But unlike with phones, tablets, or laptops, a majority of IT professionals managing networks with IoT-connected devices aren’t conducting software updates on the devices; instead, the primary focus has been on how these appliances can be used in novel ways, with the risks of their unmonitored internet connectivity falling by the wayside. This common oversight and its consequences were illustrated via the recent Dyn DDoS attack—many of the devices used in the attack were connected to corporate networks and improperly monitored. In consequence, we need to stop thinking about IoT as “BYOD on steroids.” Instead, we need very different and customized strategies because IoT has the power to disrupt operations in a dangerous way.

Thus, it’s clear that IoT devices are changing networks and our ability to monitor and manage them. With that in mind, it’s important to note IoT device class (0, 1, or 2). This refers to the variety of ways the network is affected by IoT devices. Class 0 devices are light, use low power and aren’t truly IoT devices that require dramatic shifts in the way we monitor and manage our networks

Monitoring and management of classes 1 and 2 are a different story, though. Managing class 1 and 2 IoT devices comes down to managing access properties on the routers and switches that allow devices to get to the internet. Monitoring these devices is more application traffic-specific, calling for Netflow or quality-of-service (QoS) in order to see what the devices are doing because they won’t typically allow for SNMP or provide a management interface to determine performance. This factor makes security information and event management (SIEM) and important consideration as well—you need to be able to detect that a network device is conducting a port scan or file share logons, for example.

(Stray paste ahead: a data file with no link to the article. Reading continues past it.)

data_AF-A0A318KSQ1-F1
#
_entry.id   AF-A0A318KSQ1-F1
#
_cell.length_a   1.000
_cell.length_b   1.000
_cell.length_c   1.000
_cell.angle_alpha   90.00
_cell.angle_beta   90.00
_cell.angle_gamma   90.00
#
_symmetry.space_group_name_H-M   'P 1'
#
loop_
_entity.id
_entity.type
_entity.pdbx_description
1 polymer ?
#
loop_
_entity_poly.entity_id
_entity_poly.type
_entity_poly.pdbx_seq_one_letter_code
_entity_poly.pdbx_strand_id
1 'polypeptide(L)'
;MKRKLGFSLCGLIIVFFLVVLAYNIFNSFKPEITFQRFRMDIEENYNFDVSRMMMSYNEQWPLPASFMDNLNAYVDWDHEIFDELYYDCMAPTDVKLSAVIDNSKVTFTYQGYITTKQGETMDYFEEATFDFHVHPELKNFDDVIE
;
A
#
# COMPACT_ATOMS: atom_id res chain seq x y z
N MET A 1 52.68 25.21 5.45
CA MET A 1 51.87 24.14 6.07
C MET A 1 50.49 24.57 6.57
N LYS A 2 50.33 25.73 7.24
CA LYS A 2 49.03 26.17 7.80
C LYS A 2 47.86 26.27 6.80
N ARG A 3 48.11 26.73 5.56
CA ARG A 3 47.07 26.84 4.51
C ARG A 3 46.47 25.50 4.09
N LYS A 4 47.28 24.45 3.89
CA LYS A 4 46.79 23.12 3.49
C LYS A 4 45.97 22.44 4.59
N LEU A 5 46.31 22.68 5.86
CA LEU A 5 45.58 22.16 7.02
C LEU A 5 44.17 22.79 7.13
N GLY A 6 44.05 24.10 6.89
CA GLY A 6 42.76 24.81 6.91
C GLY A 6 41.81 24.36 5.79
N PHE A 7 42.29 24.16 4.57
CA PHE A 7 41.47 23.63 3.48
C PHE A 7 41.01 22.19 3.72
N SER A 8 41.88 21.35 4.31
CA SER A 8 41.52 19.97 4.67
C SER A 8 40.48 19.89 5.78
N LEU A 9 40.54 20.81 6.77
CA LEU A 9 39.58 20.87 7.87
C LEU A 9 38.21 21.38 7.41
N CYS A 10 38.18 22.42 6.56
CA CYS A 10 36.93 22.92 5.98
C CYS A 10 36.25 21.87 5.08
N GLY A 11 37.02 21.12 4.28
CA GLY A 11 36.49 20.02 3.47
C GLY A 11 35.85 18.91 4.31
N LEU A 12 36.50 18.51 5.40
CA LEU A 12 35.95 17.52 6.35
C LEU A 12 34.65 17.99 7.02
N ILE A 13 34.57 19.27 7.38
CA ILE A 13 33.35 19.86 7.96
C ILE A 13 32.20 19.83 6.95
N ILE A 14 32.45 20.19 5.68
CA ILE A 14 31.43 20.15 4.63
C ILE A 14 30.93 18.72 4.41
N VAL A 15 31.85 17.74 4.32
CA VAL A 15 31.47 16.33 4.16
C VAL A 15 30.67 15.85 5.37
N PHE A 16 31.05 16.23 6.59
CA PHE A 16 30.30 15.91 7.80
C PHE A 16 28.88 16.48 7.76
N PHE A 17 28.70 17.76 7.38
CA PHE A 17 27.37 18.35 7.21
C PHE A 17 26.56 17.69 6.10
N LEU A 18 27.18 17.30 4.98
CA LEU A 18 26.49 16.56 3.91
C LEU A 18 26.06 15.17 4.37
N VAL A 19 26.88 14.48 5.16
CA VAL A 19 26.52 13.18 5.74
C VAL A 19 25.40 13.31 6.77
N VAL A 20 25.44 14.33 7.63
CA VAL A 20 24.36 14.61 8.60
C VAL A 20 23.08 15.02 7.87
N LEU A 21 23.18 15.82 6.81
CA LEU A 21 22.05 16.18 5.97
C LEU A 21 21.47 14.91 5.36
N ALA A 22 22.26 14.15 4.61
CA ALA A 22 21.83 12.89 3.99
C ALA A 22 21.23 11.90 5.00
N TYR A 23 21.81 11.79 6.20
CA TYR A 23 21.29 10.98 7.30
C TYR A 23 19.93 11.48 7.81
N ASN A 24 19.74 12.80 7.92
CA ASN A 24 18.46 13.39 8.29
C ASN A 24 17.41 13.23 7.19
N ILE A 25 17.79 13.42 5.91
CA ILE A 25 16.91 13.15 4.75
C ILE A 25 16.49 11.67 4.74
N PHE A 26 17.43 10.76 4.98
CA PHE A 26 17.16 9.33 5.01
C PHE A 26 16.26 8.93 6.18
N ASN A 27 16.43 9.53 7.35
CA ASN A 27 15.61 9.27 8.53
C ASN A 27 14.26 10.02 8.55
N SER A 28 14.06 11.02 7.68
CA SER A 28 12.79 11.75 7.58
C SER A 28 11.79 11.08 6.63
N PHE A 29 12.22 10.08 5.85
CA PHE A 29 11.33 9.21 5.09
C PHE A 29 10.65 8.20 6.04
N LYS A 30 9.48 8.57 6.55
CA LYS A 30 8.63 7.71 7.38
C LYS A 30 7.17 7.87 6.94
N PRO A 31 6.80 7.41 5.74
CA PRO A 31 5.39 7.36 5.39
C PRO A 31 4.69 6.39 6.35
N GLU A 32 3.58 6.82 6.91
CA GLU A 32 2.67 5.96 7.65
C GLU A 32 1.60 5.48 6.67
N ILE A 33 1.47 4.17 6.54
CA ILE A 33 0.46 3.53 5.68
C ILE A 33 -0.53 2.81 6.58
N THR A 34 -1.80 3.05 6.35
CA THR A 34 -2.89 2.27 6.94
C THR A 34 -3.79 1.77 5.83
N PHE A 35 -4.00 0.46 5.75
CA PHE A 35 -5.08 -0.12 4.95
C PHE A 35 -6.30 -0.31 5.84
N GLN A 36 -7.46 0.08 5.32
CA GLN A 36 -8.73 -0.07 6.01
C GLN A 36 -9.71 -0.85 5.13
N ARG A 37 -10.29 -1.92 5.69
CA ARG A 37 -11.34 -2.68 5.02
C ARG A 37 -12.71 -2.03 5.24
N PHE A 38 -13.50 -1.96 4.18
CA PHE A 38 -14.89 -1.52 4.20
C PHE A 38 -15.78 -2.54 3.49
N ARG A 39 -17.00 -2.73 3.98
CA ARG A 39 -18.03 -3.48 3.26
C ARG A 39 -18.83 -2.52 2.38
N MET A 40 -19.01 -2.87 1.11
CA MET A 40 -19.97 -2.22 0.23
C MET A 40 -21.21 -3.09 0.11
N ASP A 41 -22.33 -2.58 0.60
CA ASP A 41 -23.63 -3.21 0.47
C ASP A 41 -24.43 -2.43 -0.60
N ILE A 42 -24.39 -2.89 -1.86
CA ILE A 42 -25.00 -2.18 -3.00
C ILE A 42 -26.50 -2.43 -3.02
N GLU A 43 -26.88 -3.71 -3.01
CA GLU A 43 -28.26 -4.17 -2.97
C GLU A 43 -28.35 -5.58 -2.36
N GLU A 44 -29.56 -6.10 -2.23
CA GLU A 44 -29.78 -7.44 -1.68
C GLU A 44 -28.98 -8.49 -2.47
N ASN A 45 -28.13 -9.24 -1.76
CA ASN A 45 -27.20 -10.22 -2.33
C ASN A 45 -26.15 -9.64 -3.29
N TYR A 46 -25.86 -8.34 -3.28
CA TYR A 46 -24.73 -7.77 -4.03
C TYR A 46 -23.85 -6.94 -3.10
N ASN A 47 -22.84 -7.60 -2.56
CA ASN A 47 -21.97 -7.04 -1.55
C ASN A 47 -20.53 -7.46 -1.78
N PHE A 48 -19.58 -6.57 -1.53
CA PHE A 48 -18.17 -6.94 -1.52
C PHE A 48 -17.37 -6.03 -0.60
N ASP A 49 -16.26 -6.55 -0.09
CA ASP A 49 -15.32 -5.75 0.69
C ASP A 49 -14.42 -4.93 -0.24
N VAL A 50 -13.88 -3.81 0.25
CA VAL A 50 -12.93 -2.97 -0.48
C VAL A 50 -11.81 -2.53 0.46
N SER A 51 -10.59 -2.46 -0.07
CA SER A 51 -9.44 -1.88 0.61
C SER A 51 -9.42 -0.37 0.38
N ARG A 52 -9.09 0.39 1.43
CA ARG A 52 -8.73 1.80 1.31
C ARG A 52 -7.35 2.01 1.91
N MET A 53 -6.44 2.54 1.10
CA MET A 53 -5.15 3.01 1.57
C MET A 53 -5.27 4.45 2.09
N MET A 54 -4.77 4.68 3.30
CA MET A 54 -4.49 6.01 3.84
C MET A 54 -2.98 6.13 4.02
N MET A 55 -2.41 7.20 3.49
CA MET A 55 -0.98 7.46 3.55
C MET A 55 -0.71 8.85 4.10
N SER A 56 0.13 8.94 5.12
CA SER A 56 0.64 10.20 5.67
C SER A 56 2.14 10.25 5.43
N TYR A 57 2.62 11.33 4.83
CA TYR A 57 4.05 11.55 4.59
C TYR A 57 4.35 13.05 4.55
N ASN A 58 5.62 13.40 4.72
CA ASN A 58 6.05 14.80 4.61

In terms of capacity planning, if you believe the estimation of billions of devices in use by 2020, then we will undoubtedly overwhelm our networks in ways we can’t even imagine right now. If subnetting is a problem now, with the typical and somewhat manageable systems, then the order of magnitude brought on by IoT devices would likely force companies into IPv6, which they may not be ready for. They will cause transience with IP addresses and difficulty understanding what the bandwidth is of any given device—different devices have different behaviors, and they all communicate with different servers. Some will be well-optimized for this, and some won’t be. The retail industry, as an example, uses immense hyper-personalization based on IoT, so network capacity and utilization is of utmost importance. In order to avoid latency or downtime, they will need to undertake tremendous network capacity planning and utilization, or risk their reputation and customer experience.

The Benefits of an IoT Strategy

Although it may seem like the industry is moving at too rapid of a pace for you to slow down and implement and test an effective IoT strategy, it’s imperative to do so; the fact that there are a multitude of adoptable standards in existence already may help.

The first and perhaps most obvious benefit of implementing an IoT strategy is the reduced risk of data breach. Without knowledge of possible vulnerabilities, your organization may be open to security compromises in ways that could be harmful to your business and appear to come out of left field, although they could have been left unnoticed for a long period of time. A recent yet admittedly simple poll of IT professionals showed that while some organizations still don’t manage any IoT devices (or none that IT knows about), some, even in regulated industries such as healthcare, manage thousands of devices without following specific protocol.